To start, Nancy Sherman says that people take too much responsibility for what happens under their watch even though they could not have kept it from happening. She says, “One feels guilty despite the fact that he knows he has done nothing wrong”(Sherman 154). Sherman is saying that people cannot forgive themselves for anything that happens in life-or-death situations, even if it wasn't their fault. Nevertheless, they should not feel guilty,
It wasn’t out of hatred that they were protesting, it was out of fear. The protesters were trying to improve what they thought was a mistake by their country. They were trying to help it, not hinder it. After all their trying, all they got in return was pain and punishment. One of the reasons to back up my claim is
Now that the Holocaust is recognized as a terrible time, it has been a foundation for how people are treated. People look back at this time in history and realize that it only brought negative feeling and emotions. Even though it may be an ugly smudge on the timeline of humanity, it cannot be forgotten and I think that learning from it has made the world better
In some ways, you could argue that both the misfit like the grandma are both good and evil. At the end, although the grandmother had made the misfit rethink his actions he had to regrettably kill her at the end. There was a moment of truth here, though, and that was that people are inherently flawed no matter how much good they are perceived to be. It is rather the acceptance of this flaw that creates better human
A very prominent example would be of Clarisse McClellan. Clarisse, like Whitman, wanted to know how and why something was done, not just what happened. Clarisse wanted to find the truth in things, and ultimately she died for trying. Both of the ideas that Clarisse and Whitman wanted to pass on were destroyed by the society. Another character that can be compared to Whitman would be Guy Montag.
Paul experiences this deep sorrow and depression because he feels that he has been completely robbed of his sentiment. Furthermore, Paul feels that because of war’s ability to manipulate his feelings into becoming almost static, he has no choice but to have self control and bottle up his emotions. This emphasizes the fact that war causes pain by twisting a soldiers emotions so they fall into a deep despair and begin to crumble, until eventually they are left with nothing but a skeleton of what they once were. Moreover, In the same conversation with his mother, Paul wishes to be taken back in time so he can escape the anguish he currently feels: “Ah! Mother, Mother!
“...a voice of woe to my own household pierces through my ears; and I sink backward on my handmaidens afaint for terror…” (Sophocles 64). All of this was too much for her to handle so she decided it would just be easier if she just took her life. Creon finds out the death of his wife through a messenger and blames himself, for his actions led all of his sorrows to happen. “I, I was the slayer, I say it, unhappy, of thee!” (Sophocles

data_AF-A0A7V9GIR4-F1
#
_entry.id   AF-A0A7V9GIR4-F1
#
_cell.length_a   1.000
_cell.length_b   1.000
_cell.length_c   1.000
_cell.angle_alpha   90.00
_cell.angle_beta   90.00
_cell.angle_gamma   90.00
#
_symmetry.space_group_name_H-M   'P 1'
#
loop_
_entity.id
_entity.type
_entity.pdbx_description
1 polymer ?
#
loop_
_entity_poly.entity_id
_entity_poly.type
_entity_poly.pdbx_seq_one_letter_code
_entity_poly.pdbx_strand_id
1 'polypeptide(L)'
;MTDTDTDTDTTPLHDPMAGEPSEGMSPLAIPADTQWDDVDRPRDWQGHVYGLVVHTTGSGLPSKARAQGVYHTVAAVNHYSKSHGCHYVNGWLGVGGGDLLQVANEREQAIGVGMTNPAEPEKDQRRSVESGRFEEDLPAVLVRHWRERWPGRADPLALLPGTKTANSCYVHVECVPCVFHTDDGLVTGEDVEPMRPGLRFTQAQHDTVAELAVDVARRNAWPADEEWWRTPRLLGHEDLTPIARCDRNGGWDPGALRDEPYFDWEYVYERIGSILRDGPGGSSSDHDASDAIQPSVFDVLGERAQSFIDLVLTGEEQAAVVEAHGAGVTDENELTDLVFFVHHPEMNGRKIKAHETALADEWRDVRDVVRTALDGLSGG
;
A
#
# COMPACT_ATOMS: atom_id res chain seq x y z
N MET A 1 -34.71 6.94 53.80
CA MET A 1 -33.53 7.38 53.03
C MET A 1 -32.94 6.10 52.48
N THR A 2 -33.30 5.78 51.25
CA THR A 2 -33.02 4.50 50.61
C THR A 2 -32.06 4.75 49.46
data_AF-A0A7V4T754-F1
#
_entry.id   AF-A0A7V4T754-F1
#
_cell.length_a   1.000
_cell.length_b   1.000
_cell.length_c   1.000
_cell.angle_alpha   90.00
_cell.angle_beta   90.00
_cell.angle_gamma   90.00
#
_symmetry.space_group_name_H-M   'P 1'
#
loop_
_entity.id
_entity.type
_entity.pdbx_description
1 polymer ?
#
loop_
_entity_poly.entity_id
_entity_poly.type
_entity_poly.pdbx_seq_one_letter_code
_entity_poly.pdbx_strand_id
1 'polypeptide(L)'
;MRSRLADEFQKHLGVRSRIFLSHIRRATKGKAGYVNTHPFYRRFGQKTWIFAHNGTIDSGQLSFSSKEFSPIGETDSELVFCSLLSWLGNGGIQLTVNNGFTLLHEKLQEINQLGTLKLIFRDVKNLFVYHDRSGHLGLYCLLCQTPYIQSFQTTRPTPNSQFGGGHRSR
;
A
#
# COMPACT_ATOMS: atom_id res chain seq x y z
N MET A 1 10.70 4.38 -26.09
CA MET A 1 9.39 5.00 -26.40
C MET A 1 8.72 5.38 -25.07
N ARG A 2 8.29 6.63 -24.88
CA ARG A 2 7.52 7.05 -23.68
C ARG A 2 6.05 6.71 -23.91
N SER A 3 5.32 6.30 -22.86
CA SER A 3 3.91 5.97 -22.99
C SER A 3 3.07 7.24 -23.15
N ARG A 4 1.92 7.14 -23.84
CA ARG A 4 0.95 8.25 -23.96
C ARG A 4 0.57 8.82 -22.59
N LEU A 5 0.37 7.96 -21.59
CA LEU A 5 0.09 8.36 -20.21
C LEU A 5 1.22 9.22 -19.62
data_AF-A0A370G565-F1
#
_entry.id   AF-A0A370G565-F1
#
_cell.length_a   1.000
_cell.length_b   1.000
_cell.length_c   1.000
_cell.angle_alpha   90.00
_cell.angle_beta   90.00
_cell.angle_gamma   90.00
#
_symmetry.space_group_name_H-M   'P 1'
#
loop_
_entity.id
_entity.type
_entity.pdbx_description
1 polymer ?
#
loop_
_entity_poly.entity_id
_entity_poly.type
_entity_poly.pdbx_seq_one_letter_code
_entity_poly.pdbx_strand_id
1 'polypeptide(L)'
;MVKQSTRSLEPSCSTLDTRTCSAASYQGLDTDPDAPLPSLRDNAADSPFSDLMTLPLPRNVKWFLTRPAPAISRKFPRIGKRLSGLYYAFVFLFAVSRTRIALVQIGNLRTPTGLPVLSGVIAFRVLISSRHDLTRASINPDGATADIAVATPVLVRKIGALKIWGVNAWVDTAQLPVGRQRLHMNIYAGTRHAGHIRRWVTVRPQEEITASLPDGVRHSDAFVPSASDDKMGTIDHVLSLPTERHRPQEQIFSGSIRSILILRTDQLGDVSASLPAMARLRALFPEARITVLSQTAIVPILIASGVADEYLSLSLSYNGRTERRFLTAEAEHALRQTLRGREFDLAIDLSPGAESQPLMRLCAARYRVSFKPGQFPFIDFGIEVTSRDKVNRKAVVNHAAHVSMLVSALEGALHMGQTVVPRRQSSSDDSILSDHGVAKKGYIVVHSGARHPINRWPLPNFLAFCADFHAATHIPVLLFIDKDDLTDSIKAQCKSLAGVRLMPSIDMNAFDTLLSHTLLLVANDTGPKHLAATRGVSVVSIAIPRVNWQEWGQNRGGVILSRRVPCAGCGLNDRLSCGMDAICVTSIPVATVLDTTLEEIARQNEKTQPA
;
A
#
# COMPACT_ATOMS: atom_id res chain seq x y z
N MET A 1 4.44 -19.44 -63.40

In the end, it left both him and her in a worse off situation than before. In other words, he had a chance to have a personal conversation because she was willing to listen. Instead, he ravaged his chances of making the situation better. In conclusion, the Jarrett family dealt with issues of silence and violence. Moreover, their numerous issues originated from their negligence to consolidate each other which sadly elicited an inconclusive ending of the mother withdrawing from her family.
In “The Farmer’s Children” Elizabeth Bishop uses the literary techniques of characterization and symbolism to convey the negligence that stepchildren feel from their parents which can lead to severe consequences. Bishop portrays the idea of neglect that stepchildren feel from their parents in troubled families by characterizing the stepmother. In “The Farmer’s Children,” while the children are playing outside the stepmother shouts, “Put that child down! Didn’t I tell you the next time you made that child cry I’d beat you until you couldn’t holler? Didn’t I?” (Bishop 288).
The famed author C.S. Lewis once said,”Of all tyrannies a tyranny sincerely exercised for the good of its victims may be the most oppressive.” This is a statement that many can agree or disagree on. To some, it means that a ruling power or government could enforce rules and regulations on its citizens that are thought of as helping them, but instead making everything worse and are hindering them from making the society better. A counter argument could be that the oppression is helping the society become better. Some examples of this type of dystopian society are Harrison Bergeron and The Lottery.
One strong emotional reaction is when Aibileen always mentions something about her past like with her ex-husband, Clyde and her deceased son, Treelore. It’s sad when you keep on remembering your loved ones dying and leaving you. Another strong emotion I had was when every time the maids were discriminated against. It’s not fair that just because of your color that you have to be made fun of. My last strong reaction in the book in my opinion is when the maids get fired.
In a way it serves as closure and acceptance as opposed to being in denial for all of your life. Remembering helped Elie get out his anger and helped him realize that what he went through can do of great purpose to those who could possibly be going through the same situation. Remembering the past only affects you negatively if you let it. In the Giver, by Lois Lowry we see a dystopian society founded on a cluster of lies that a bunch of ludicrous people in power decided to do. Taking away the citizens memories was like taking away their emotion.